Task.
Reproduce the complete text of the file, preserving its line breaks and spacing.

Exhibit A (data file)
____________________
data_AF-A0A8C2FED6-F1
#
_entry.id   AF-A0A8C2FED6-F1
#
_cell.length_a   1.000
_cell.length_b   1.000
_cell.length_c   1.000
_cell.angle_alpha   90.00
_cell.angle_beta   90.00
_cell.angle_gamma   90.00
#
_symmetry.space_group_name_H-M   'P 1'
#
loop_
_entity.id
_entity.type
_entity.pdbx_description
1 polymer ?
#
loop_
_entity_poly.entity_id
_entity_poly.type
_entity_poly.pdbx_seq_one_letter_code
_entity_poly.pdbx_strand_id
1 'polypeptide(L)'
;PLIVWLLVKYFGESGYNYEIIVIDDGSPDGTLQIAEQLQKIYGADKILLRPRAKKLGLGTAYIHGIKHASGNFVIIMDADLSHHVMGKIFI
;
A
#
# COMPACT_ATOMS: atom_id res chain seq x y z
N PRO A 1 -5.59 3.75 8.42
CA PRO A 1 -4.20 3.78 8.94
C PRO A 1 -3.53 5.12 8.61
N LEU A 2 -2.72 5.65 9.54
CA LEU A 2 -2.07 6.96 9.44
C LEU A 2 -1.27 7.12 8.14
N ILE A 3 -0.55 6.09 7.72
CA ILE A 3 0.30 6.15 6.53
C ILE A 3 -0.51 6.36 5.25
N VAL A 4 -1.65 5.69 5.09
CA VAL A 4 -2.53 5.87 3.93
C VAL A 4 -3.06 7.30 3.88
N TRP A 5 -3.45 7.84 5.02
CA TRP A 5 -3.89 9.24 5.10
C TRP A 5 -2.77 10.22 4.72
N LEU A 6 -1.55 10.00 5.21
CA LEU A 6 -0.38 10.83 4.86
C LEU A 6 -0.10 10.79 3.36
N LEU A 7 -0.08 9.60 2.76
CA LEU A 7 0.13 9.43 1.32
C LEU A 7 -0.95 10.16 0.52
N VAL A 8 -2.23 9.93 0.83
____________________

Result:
data_AF-A0A8C2FED6-F1
#
_entry.id   AF-A0A8C2FED6-F1
#
_cell.length_a   1.000
_cell.length_b   1.000
_cell.length_c   1.000
_cell.angle_alpha   90.00
_cell.angle_beta   90.00
_cell.angle_gamma   90.00
#
_symmetry.space_group_name_H-M   'P 1'
#
loop_
_entity.id
_entity.type
_entity.pdbx_description
1 polymer ?
#
loop_
_entity_poly.entity_id
_entity_poly.type
_entity_poly.pdbx_seq_one_letter_code
_entity_poly.pdbx_strand_id
1 'polypeptide(L)'
;PLIVWLLVKYFGESGYNYEIIVIDDGSPDGTLQIAEQLQKIYGADKILLRPRAKKLGLGTAYIHGIKHASGNFVIIMDADLSHHVMGKIFI
;
A
#
# COMPACT_ATOMS: atom_id res chain seq x y z
N PRO A 1 -5.59 3.75 8.42
CA PRO A 1 -4.20 3.78 8.94
C PRO A 1 -3.53 5.12 8.61
N LEU A 2 -2.72 5.65 9.54
CA LEU A 2 -2.07 6.96 9.44
C LEU A 2 -1.27 7.12 8.14
N ILE A 3 -0.55 6.09 7.72
CA ILE A 3 0.30 6.15 6.53
C ILE A 3 -0.51 6.36 5.25
N VAL A 4 -1.65 5.69 5.09
CA VAL A 4 -2.53 5.87 3.93
C VAL A 4 -3.06 7.30 3.88
N TRP A 5 -3.45 7.84 5.02
CA TRP A 5 -3.89 9.24 5.10
C TRP A 5 -2.77 10.22 4.72
N LEU A 6 -1.55 10.00 5.21
CA LEU A 6 -0.38 10.83 4.86
C LEU A 6 -0.10 10.79 3.36
N LEU A 7 -0.08 9.60 2.76
CA LEU A 7 0.13 9.43 1.32
C LEU A 7 -0.95 10.16 0.52
N VAL A 8 -2.23 9.93 0.83